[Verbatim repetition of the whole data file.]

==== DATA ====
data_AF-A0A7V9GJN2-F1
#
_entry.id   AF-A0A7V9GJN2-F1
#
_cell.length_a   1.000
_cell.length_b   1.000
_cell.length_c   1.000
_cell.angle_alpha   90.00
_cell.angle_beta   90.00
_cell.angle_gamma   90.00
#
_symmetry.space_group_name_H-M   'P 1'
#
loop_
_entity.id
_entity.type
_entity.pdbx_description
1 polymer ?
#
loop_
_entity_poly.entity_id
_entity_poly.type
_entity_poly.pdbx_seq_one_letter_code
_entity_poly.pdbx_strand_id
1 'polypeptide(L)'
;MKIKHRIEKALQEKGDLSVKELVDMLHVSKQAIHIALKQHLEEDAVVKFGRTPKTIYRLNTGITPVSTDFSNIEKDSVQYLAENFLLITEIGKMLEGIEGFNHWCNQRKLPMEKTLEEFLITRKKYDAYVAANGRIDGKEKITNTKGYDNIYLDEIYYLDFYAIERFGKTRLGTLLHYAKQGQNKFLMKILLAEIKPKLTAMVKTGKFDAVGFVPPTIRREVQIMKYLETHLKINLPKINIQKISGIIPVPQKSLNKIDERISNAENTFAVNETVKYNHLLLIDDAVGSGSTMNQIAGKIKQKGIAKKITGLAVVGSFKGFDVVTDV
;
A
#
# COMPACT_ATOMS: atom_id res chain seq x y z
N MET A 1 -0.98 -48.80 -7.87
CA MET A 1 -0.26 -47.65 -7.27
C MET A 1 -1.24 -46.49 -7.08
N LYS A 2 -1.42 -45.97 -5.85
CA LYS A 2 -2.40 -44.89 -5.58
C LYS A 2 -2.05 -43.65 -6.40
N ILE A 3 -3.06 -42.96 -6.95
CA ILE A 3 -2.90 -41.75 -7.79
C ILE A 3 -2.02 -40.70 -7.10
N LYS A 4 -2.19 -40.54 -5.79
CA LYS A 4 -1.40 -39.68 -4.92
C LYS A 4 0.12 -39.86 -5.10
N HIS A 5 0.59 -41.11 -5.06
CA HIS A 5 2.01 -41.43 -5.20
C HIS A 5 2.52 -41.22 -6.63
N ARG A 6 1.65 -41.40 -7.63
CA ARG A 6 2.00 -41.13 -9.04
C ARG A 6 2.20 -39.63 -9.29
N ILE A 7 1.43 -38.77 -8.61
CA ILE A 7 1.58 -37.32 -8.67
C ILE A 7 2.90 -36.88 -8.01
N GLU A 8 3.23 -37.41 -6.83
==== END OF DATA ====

data_AF-A0A7V9GJN2-F1
#
_entry.id   AF-A0A7V9GJN2-F1
#
_cell.length_a   1.000
_cell.length_b   1.000
_cell.length_c   1.000
_cell.angle_alpha   90.00
_cell.angle_beta   90.00
_cell.angle_gamma   90.00
#
_symmetry.space_group_name_H-M   'P 1'
#
loop_
_entity.id
_entity.type
_entity.pdbx_description
1 polymer ?
#
loop_
_entity_poly.entity_id
_entity_poly.type
_entity_poly.pdbx_seq_one_letter_code
_entity_poly.pdbx_strand_id
1 'polypeptide(L)'
;MKIKHRIEKALQEKGDLSVKELVDMLHVSKQAIHIALKQHLEEDAVVKFGRTPKTIYRLNTGITPVSTDFSNIEKDSVQYLAENFLLITEIGKMLEGIEGFNHWCNQRKLPMEKTLEEFLITRKKYDAYVAANGRIDGKEKITNTKGYDNIYLDEIYYLDFYAIERFGKTRLGTLLHYAKQGQNKFLMKILLAEIKPKLTAMVKTGKFDAVGFVPPTIRREVQIMKYLETHLKINLPKINIQKISGIIPVPQKSLNKIDERISNAENTFAVNETVKYNHLLLIDDAVGSGSTMNQIAGKIKQKGIAKKITGLAVVGSFKGFDVVTDV
;
A
#
# COMPACT_ATOMS: atom_id res chain seq x y z
N MET A 1 -0.98 -48.80 -7.87
CA MET A 1 -0.26 -47.65 -7.27
C MET A 1 -1.24 -46.49 -7.08
N LYS A 2 -1.42 -45.97 -5.85
CA LYS A 2 -2.40 -44.89 -5.58
C LYS A 2 -2.05 -43.65 -6.40
N ILE A 3 -3.06 -42.96 -6.95
CA ILE A 3 -2.90 -41.75 -7.79
C ILE A 3 -2.02 -40.70 -7.10
N LYS A 4 -2.19 -40.54 -5.79
CA LYS A 4 -1.40 -39.68 -4.92
C LYS A 4 0.12 -39.86 -5.10
N HIS A 5 0.59 -41.11 -5.06
CA HIS A 5 2.01 -41.43 -5.20
C HIS A 5 2.52 -41.22 -6.63
N ARG A 6 1.65 -41.40 -7.63
CA ARG A 6 2.00 -41.13 -9.04
C ARG A 6 2.20 -39.63 -9.29
N ILE A 7 1.43 -38.77 -8.61
CA ILE A 7 1.58 -37.32 -8.67
C ILE A 7 2.90 -36.88 -8.01
N GLU A 8 3.23 -37.41 -6.83